“Are Arsenal a one man team?” is a question that has been echoed by fans and journalists across the country so far this season in response to Robin Van Persie’s astonishing goal return for the Gunners.
If you were any of the other ten players on the field you may feel slightly miffed that no recognition was coming your way, after all football is a team game. Or perhaps, particularly after the heavy 8-2 defeat at Old Trafford earlier in the season, you would just be glad that the spotlight was no longer on you.
Much has been made about the positive defensive influence that Thomas Vermaelen brings to the side, and rightly so, however, the impact that Alexander Song has had on the team’s recent good form should not, be overlooked. When the Cameroon international arrived at Arsenal in the summer of 2005 from the French side Bastia, many fans were sceptical about whether he possessed the quality to become a regular first teamer.
After a few seasons on the fringes and a loan period at Charlton, Song has stamped his place on the defensive midfield position at the Emirates. The last couple of seasons in particular his development has continued and last season saw him strike up an excellent partnership with Jack Wilshire as both players took it in turns to support Cesc Fabregas whilst the other sat deeper in order to break up potential counter attacks.
This season with the departure of Fabregas to Barcelona, injuries so far restricting Jack Wilshire’s game time, the emergence of Aaron Ramsey and the signing of Mikel Arteta from Everton; a reshape of the Arsenal centre of midfield has been undertaken. Arsene Wenger’s side of the past few years had been shaped around Cesc Fabregas and the adoption of the 4-2-3-1 formation was designed to utilise his strengths playing just off the most advanced forward. In Fabregas’ absence, Arsenal now lack a “key player” in the midfield, this is not however a bad thing as the loss of the talismanic figure has led to a redistribution of responsibility across the three central midfielders. Ramsay and Arteta are now the more advanced of the three, with Song more disciplined behind them looking to start Arsenal’s attacks and break up the opposition’s play. The change in Song’s game style can be seen from the below passing stats comparing passes attempted in this and last season’s home fixtures against West Bromwich Albion.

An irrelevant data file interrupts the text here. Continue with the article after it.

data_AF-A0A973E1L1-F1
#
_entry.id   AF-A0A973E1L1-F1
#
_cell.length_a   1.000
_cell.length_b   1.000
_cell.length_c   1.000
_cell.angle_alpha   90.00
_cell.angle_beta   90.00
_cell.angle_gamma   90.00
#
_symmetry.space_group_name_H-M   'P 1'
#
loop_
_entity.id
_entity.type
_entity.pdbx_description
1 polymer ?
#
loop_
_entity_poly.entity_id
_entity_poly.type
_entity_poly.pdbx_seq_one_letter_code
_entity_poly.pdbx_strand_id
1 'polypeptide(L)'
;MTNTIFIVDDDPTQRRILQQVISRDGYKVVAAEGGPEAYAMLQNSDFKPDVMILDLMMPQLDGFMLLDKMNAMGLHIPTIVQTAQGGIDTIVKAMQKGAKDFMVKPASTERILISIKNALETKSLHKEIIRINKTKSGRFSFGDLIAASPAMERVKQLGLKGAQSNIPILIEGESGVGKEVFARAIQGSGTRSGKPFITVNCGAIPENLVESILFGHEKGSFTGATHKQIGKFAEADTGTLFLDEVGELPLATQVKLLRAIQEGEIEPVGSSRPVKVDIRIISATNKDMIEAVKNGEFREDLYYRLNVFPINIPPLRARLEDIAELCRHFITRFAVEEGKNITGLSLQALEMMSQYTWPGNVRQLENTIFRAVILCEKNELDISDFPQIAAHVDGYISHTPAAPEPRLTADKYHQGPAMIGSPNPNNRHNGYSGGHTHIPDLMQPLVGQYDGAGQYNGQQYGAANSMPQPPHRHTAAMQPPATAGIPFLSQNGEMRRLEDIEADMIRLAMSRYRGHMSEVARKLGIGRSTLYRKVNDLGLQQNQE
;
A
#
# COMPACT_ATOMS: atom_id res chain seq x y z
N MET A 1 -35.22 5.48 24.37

Now, not only is Song attempting and completing more passes (showing a greater influence in the game), but he is also making the majority of them from deeper positions. In the 2010 fixture he made five passes in or around the penalty area, whilst in this season’s tie he barely made a pass in the attacking third. This is all part of the new positional emphasis that has been stressed to him and shows that he is now quite comfortable allowing play to go on in front of him.
Why Wenger has decided in order to enforce this change of role now is unclear, one potential reason is now aged twenty four Song has matured sufficiently to take on this important responsibility. Song showed this maturity in the recent game against Dortmund where he was the joint highest tackler and made the most interceptions. The below chart shows the positioning of his interceptions and as you can see five were made in wide areas of the pitch, his reading of the game was fantastic and he would move across to cover the full back when they were attacking.
In the Dortmund game Song also rounded three Dortmund players in order to provide a fantastic assist for Robin Van Persie, this is something that he has added to his game. Song has five league assists so far this season including in vital matches such as the 5-3 win over Chelsea, the 2-1 win over Norwich and the recent 1-0 win over Everton. The pass to Van Persie in the latter of those matches was of superb quality and the vision and skill involved should not be overlooked.
The stats also read well for Song (via whoscored.com), with him in the team Arsenal over the past two seasons have only conceded an average of 1.02 goals per a game in comparison to 2.09 without him. Song has completed more through balls this season per a game than other Premier League player and has completed the second most successful key passes for a defensive midfielder. For a team that values possession so highly it is vital that Arsenal have a ball playing defensive midfielder rather than “the enforcer” that some pundits and journalists had been crying out for.
It would be foolish to suggest that Cesc Fabregas can be replaced, however after a difficult start, and with a rebalance of responsibility, Arsenal have coped well without the Spaniard. What is clear is that Alex Song has played a key part in getting Arsenal’s season back on track.